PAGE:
“I have driven Fords exclusively when I could get away with one. For sustained speed and freedom from trouble the Ford has got ever other car skinned, and even if my business hasn’t been strictly legal, it don’t hurt anything to tell you what a fine car you got in the V-8.”

Parker and Barrow were gunned down by police in a Louisiana ambush May 23, 1934. Their bullet-riddled Ford sedan has been a prized collector’s item and display piece.

The third one I remember was a lifesize rendition of The Last Supper.  Hell, there might have been a lot more I didn’t get to see, or might have forgotten.

Jeanne remembers seeing one when she was a kid in Overland Park, Kansaas, that had props from popular movies.  She only remembers the shoes Dorothy wore in Wizard of Oz.

If those were going around today they’d have to charge $25 per head to pay for the fuel and the local cops just to set up shop anywhere.

Old Jules

 

 

 

 

 

Flashback: ‘Squirrelly’ Armijo Survives his own Funeral

Hi readers. I saw on Yahoo News that someone faked his own funeral. Got me remembering Squirrelly Armijo. So I searched for a post I was fairly certain I made in the deep history of this blog: Squirrelly didn’t fake his, except by accident.

A legendary man in the Quemado/Reserve area nicknamed ‘Squirrelly’ Armijo had a good working claim down near Queen’s Head in the Gallos near Apache Creek in the 1940s through the 1960s. Maybe that’s where he came across a skeleton, and probably just figured he might as well take it home, so he put it in his truck.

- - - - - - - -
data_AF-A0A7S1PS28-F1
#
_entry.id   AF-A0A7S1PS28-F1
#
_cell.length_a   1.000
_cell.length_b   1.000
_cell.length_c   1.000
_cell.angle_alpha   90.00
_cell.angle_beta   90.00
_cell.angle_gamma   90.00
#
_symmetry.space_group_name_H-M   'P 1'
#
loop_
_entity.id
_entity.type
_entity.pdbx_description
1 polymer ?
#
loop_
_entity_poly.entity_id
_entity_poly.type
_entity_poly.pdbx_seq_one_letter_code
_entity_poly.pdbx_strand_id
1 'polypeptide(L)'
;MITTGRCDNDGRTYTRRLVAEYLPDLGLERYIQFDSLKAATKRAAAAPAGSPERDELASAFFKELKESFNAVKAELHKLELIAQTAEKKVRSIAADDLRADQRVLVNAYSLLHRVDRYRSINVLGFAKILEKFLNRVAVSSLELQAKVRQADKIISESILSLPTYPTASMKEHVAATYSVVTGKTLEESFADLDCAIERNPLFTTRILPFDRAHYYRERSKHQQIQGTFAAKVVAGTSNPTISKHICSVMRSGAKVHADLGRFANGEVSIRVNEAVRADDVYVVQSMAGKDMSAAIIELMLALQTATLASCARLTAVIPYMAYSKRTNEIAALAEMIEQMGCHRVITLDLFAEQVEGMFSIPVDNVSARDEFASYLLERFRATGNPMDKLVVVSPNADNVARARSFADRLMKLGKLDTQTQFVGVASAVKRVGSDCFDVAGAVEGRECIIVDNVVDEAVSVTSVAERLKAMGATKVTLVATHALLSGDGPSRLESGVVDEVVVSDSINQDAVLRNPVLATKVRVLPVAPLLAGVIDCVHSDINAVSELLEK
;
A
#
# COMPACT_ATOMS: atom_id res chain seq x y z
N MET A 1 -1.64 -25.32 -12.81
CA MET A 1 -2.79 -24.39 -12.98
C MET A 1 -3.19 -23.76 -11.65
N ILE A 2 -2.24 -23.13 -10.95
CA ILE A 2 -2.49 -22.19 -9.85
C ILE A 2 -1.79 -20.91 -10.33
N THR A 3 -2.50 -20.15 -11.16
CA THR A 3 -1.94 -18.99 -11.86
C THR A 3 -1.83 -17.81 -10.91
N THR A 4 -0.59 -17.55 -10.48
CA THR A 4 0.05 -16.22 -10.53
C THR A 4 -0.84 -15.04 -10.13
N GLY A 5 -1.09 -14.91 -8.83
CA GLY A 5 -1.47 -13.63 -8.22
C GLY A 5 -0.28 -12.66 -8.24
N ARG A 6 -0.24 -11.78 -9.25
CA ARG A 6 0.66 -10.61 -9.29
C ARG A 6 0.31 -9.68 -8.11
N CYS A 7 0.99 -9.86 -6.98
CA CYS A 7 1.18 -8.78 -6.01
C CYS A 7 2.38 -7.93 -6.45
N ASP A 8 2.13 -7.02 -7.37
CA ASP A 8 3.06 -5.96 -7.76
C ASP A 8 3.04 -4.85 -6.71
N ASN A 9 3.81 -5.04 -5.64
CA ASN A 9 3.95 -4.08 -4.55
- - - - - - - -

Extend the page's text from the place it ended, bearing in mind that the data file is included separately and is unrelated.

Driving up those winding mountain roads he lost control of the truck and rolled it. Squirrelly was thrown clear and the truck caught fire. He must have been out of his head, maybe with a concussion, because he evidently wandered into the mountains in a daze.

The police arrived and found the burned out truck with a skeleton inside and assumed because the truck belonged to him the remains were Squirrelly’s. He was pronounced dead, an expensive funeral held, and he was buried.

Twelve days later Squirrelly wandered out of the woods several miles away, which was a source of, first joy and awe, then suspicion. Initially it was thought he’d killed the person the skeleton belonged to. Then the lawsuits began, the Armijo family and the Funeral home arguing heatedly about who owed money to whom for burying some anonymous skeleton.

The story is so well-known it was used in a book about forensic pathology in New Mexico during the 1990s, the forensic pathologist explaining such a thing could never happen these more enlightened times. Journey in Forensic Anthropology, Stanley Rhine, University of New Mexico Press, Albuquerque, 1998. Author Rhine elected to change Squirrelly’s surname to Aramando to avoid any sort of civil action. The Armijo family’s been herding sheep in that country since the time there was nobody out there but them and Mimbres Apaches. A lot of them are still there.